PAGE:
More about health
Priority health schemes and tests
The Kennel Club Assured Breeders must use the following (or equivalent) schemes, tests and advice. All other breeders are strongly advised to also use these.
- Hip dysplasia screening scheme (BVA/KC)
- Elbow dysplasia screening scheme (BVA/KC)
- Eye screening scheme (BVA/KC/ISDS) - Find results for the pre 2020 MRD open register. This only lists dogs that were diagnosed as 'affected by MRD'. MRD results published after 31 Dec 2019 can be found in their Health Test Results Finder entry
Important health schemes and tests
We strongly recommend that all breeders, both assured breeders (ABs) and non ABs, use the following (or equivalent) schemes, tests and advice.
- Bitches not to produce a litter under 2 years of age
- Bitches not to produce more than one litter within a 12-month period
- Check inbreeding calculators
Other health schemes and tests available
- DNA test – JLPP - part of The Kennel Club's CombiBreed package* (see below). Find a list of tested dogs
- DNA test - LEMP-2 (Find a list of tested dogs)
*CombiBreed - simple to use and easy to organise all-in-one DNA tests for breeders
The DNA tests listed above marked with an asterisk (*) are included in our CombiBreed health test package. This includes:
- JLPP (Juvenile laryngeal paralysis & Polyneuropathy)
Assured breeders receive a 10% discount.
Find out more about our CombiBreed health packages.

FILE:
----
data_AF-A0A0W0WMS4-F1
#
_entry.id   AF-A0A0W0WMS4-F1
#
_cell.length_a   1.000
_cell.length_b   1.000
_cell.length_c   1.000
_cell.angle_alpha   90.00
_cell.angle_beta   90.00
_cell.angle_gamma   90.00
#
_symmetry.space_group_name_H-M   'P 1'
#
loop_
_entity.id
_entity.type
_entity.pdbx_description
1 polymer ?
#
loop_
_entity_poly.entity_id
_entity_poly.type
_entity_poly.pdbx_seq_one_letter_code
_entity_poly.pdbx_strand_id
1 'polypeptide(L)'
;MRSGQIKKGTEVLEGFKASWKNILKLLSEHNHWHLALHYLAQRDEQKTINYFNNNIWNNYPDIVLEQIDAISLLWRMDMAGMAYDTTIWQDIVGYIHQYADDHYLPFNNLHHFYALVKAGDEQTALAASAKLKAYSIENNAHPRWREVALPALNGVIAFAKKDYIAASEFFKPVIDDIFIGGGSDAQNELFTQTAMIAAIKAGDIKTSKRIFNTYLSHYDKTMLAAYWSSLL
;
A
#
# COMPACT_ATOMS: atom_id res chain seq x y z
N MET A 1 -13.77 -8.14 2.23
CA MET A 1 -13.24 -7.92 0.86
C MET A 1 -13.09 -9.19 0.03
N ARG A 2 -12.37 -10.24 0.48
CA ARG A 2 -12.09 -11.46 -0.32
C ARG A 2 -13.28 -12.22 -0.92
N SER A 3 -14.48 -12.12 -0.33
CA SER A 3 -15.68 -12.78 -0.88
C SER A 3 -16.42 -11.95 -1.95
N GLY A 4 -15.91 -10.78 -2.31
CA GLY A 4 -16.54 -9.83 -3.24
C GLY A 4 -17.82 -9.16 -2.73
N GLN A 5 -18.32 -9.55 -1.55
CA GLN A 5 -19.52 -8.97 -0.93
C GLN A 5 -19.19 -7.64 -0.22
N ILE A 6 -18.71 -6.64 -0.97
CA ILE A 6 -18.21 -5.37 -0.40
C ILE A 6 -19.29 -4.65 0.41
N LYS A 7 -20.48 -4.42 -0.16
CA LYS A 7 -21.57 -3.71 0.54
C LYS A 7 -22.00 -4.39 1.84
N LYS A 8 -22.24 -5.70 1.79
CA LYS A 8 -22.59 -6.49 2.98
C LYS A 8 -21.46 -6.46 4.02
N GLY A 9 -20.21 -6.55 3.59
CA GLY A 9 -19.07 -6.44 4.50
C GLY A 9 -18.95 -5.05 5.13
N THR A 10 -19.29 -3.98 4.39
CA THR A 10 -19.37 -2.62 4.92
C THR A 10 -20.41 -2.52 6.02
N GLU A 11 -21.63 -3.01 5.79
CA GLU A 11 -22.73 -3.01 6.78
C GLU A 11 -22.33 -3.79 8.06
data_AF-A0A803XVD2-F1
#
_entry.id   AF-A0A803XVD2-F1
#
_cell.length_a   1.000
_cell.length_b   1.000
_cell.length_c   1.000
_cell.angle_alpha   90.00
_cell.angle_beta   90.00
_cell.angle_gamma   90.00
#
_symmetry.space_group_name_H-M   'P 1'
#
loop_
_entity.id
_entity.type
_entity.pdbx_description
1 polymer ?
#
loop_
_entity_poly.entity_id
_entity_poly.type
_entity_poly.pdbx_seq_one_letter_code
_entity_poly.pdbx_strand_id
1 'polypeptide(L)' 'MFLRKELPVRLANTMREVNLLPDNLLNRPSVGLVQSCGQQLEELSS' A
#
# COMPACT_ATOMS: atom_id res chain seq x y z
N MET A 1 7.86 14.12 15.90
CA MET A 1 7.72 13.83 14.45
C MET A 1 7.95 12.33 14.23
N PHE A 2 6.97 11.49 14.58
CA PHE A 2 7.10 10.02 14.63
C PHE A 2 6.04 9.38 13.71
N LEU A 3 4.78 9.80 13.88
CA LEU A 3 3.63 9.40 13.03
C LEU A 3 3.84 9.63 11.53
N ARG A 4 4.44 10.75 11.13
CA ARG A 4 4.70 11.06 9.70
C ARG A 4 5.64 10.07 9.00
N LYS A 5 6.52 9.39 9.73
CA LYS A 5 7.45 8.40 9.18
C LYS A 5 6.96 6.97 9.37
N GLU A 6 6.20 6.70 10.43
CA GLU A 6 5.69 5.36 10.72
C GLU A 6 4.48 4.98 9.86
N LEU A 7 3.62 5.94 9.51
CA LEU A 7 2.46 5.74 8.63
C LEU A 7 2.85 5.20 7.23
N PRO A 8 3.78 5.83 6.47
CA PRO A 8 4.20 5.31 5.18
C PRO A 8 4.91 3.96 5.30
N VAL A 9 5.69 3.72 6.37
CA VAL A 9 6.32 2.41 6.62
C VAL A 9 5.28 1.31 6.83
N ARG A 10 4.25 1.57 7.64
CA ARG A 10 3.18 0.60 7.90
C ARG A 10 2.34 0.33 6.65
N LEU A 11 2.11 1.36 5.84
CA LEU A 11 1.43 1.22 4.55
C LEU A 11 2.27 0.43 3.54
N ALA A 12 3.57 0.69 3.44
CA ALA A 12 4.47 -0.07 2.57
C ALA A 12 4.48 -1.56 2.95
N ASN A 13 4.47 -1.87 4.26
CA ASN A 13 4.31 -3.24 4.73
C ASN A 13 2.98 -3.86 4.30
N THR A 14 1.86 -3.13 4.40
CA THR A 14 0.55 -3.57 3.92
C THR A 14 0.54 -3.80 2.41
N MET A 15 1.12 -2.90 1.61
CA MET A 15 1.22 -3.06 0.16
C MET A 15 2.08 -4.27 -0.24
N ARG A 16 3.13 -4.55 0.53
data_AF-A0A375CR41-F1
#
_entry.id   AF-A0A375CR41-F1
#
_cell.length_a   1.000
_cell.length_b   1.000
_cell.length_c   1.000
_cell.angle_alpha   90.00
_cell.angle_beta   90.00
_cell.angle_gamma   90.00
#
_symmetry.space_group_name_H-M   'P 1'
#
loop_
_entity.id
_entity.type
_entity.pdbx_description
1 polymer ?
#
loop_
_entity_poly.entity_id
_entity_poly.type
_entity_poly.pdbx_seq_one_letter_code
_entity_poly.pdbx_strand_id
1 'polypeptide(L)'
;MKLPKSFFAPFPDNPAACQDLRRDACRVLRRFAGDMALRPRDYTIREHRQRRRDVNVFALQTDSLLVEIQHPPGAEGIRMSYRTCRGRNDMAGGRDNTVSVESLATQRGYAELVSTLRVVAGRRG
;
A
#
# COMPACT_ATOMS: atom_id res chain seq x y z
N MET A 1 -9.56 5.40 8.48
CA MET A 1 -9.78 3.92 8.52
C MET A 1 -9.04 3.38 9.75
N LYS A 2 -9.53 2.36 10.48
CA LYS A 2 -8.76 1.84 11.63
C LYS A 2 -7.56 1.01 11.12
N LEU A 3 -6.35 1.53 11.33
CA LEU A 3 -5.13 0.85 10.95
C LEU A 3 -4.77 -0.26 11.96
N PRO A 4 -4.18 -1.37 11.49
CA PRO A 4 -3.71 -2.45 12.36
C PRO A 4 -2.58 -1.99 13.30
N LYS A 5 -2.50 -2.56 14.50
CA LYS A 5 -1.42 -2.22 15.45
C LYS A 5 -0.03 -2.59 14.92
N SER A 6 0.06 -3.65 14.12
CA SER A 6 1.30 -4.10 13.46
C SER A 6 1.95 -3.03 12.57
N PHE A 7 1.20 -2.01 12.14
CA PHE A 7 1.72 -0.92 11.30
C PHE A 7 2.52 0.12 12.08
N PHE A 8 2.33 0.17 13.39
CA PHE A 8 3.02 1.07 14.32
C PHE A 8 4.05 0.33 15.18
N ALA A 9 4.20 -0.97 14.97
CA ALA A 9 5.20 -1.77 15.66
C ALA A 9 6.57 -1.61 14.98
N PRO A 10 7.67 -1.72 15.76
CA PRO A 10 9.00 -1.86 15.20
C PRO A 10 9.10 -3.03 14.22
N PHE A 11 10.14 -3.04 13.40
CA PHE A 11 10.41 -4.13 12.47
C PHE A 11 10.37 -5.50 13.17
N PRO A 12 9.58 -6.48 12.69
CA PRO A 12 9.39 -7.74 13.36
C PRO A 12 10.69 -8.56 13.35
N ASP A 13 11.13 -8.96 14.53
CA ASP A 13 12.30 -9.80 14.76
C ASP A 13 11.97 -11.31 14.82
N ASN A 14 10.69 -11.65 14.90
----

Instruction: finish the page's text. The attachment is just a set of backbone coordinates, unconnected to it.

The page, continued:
Find out about a particular dog's results
Please visit our Health Test Results Finder to discover the DNA or screening scheme test results for any dog on The Kennel Club's Breed Register.
You can also view the inbreeding coefficient calculation for a puppy's parents, or for a dog you're thinking of breeding from.
Have any questions about health in your breed?
If you have any concerns about a particular health condition in your breed then you may wish to speak to your vet or you could contact your breed health co-ordinator.
Breed health co-ordinators are individuals working on behalf of breed clubs and councils who are advocates for the health and welfare of their chosen breed. They acts as a spokesperson on matters of health and will collaborate with The Kennel Club on any health concerns the breed may have.
To contact your breed health co-ordinator please email
Particular points of concern for individual breeds may include features not specifically highlighted in the breed standard including current issues. In some breeds, features may be listed which, if exaggerated, might potentially affect the breed in the future.
There are a number of The Kennel Club's rules and regulations that may prevent a litter from being registered, find out about our general and breed specific breeding restrictions below.
More about breeding
There are not currently any additional breed specific restrictions in place for this breed.